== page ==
A journey of self exploration through northern Denmark’s hauntingly desolate landscapes, Casper Balslev’s fallen man thriller End of the Rainbow (For Enden af Regnbuen) tracks a down on his luck criminal as he clumsily navigates a return to his home town whilst trailed by a wave of destruction very much of his own making. Casper joins us today to discuss how his local knowledge of this underutilised region on screen set the scene for his decidedly Danish western.

I wrote the script with Screenwriter Christian Gamst Miller-Harris (Helium). We had been circling around a few film ideas for some years and wanted to work together. I pitched him a rough script outline, a thriller set in the remote northern part of Denmark, and we went on from there. The first draft I send to Gamst was a more horror orientated road trip about a criminal under huge pressure, set in one single night. But it lacked on a more overall goal for the main character so we started to develop the story along with my Producer Nadja Nørgaard Kristensen.

We developed the concept of the rainbow, which was a great framing for a journey, as well as to challenge a character in. The rainbow is secondary in the story, to begin with. Our main character barely notices it. He gets constantly challenged. By the end, he is out of options and the rainbow guides him to his safe place. We aimed to understate the rainbow element in the story, not make it or the story too stylish, but keep it as grounded, lo-fi and as simple as possible.

The film is also a western, in the sense that we have the heist, the whorehouse, the small town church and endless landscapes.

Another starting point for developing the script was to set a story in the northern region of Denmark where I am original from. It is a fantastic place with many great locations. I grew up in this area, it’s personal to me. It is very bleak, windy and raw in the fall and winter. I always wanted to illustrate a story in that environment. Few film productions go there, which I think also was interesting for us as well as future productions. I know this area so well I could address each location in the script process.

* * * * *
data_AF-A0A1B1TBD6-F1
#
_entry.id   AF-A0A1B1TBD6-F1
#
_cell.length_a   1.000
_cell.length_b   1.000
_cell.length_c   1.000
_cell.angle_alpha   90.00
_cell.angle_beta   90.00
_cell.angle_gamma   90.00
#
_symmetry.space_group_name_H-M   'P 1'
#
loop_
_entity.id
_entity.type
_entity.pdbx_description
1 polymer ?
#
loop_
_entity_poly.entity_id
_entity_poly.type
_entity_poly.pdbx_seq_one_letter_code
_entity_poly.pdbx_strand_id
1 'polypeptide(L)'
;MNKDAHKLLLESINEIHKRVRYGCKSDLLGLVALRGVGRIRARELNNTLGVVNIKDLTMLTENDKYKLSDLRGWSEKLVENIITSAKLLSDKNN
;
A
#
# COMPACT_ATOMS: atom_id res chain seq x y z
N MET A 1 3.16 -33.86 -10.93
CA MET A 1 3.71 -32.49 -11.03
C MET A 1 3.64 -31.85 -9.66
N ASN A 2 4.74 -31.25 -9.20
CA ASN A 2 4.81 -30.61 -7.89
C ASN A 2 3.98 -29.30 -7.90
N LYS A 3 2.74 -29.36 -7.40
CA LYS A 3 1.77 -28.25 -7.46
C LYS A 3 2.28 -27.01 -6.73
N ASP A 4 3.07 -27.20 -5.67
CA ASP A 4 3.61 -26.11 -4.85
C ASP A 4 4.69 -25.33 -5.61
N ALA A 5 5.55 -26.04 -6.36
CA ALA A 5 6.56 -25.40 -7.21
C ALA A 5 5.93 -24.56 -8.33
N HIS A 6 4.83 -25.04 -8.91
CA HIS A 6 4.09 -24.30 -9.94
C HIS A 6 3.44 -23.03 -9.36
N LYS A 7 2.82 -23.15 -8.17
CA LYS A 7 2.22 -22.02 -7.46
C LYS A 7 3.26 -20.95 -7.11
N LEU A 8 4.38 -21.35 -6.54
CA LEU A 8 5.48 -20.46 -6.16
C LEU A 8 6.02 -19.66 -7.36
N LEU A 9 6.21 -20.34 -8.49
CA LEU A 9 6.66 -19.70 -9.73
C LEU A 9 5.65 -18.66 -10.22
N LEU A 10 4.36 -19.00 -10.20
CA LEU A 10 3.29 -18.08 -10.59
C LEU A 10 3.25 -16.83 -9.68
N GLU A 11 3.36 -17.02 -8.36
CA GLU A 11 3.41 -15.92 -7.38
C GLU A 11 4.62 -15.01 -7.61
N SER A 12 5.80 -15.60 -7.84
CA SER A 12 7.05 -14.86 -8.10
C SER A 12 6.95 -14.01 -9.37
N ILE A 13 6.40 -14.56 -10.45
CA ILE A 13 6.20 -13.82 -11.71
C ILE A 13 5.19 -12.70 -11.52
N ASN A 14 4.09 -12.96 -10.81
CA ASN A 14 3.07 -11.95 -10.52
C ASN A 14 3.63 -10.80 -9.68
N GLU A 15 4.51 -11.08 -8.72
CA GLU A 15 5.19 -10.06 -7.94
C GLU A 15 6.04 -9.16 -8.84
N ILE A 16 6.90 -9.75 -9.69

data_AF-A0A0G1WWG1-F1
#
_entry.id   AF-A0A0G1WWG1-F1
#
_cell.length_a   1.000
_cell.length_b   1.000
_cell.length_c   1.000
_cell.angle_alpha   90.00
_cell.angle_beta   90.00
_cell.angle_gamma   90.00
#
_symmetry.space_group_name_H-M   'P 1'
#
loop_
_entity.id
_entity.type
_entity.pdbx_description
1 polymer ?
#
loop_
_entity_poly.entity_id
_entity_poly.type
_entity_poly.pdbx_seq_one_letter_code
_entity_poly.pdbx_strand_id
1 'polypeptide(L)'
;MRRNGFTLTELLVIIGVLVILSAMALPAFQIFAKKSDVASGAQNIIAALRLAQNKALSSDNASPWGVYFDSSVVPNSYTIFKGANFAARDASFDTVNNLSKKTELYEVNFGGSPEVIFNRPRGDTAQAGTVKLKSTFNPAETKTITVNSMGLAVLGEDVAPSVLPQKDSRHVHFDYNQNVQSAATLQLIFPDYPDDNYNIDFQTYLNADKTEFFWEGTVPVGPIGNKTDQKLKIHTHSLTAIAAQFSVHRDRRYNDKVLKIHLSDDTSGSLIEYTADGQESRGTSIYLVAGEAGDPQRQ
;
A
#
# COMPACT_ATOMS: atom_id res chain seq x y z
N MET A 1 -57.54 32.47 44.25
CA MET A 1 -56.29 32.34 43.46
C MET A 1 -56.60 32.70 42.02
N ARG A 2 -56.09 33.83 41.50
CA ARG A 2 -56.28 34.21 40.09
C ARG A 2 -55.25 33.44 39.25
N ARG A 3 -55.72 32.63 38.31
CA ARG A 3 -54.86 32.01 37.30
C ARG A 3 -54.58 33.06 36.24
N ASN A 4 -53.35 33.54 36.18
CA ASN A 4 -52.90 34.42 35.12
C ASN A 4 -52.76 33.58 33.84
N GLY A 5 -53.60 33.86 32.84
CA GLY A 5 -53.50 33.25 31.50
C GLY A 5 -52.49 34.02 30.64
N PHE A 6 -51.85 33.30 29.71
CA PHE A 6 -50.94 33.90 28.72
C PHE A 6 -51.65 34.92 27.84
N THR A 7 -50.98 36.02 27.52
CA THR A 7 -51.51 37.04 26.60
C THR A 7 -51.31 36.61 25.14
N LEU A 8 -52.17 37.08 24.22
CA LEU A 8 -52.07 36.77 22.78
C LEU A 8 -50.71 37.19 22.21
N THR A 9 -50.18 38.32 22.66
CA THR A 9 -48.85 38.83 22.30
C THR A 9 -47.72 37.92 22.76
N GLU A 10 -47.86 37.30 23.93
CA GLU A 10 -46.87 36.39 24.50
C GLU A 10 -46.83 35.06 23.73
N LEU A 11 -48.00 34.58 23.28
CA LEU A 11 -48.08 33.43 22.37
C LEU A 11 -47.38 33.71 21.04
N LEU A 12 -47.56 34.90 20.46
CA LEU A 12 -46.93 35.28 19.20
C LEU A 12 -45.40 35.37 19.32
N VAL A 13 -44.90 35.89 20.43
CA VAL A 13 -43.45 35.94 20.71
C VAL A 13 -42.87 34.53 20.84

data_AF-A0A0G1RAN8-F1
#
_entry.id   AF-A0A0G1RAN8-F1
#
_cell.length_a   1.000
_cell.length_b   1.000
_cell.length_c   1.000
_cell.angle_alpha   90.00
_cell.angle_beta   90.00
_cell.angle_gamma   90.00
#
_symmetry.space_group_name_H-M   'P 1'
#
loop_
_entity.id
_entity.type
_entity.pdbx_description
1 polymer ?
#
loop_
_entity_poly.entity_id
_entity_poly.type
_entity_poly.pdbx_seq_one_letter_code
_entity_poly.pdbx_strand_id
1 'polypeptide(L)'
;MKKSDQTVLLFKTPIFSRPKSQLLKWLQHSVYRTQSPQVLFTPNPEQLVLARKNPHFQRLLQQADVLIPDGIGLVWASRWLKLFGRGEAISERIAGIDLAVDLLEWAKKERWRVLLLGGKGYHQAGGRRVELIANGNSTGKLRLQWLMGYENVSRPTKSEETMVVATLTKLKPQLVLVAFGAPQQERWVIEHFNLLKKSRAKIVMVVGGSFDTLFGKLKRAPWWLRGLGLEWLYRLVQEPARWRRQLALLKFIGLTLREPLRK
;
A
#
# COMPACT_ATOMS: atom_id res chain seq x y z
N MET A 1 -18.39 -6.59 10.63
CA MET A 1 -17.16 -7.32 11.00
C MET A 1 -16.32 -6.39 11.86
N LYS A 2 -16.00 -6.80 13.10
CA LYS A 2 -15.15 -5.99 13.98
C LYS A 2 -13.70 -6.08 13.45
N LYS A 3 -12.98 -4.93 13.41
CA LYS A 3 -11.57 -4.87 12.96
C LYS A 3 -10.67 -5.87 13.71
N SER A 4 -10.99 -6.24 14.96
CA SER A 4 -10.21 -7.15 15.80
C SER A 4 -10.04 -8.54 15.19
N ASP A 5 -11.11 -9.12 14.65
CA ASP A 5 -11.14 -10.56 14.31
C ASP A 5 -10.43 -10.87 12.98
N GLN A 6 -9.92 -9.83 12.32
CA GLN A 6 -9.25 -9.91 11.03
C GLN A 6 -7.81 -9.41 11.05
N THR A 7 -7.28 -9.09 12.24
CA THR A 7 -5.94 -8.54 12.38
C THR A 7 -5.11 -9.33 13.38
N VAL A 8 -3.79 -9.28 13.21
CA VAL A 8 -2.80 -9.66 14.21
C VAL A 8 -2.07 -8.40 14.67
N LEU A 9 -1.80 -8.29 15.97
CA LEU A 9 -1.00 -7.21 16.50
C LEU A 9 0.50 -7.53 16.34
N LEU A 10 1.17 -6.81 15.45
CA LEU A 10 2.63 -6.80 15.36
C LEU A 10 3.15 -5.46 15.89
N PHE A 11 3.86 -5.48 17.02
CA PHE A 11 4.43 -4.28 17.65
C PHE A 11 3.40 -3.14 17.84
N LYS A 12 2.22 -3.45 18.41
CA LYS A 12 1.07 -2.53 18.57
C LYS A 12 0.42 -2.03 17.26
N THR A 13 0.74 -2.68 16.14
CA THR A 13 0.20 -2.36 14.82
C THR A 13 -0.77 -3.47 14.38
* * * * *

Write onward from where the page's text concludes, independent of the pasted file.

If I have to pull some references and inspiration for the film I would say it’s a very Danish version of No Country for Old Men. Even Get Carter and First Blood inspired the theme of “failed man returning home”. The film is also a western, in the sense that we have the heist, the whorehouse, the small town church and endless landscapes.

We had almost zero funding. We could probably have applied for some, but it would have taken a lot of time and energy, and we just wanted to keep the energy and momentum once we felt the script was right. So Producer Nadja Nørgaard Kristensen and I agreed to go for it anyway. We had a smaller budget that I put up myself, as well as support from our production company New Land.

We collected a small, but brilliant team of collaborators we know well. Everyone was so supportive of the project. As we go for holidays in this area every summer I pre-scouted most locations on my summer holiday last year, with my kids on the back seat.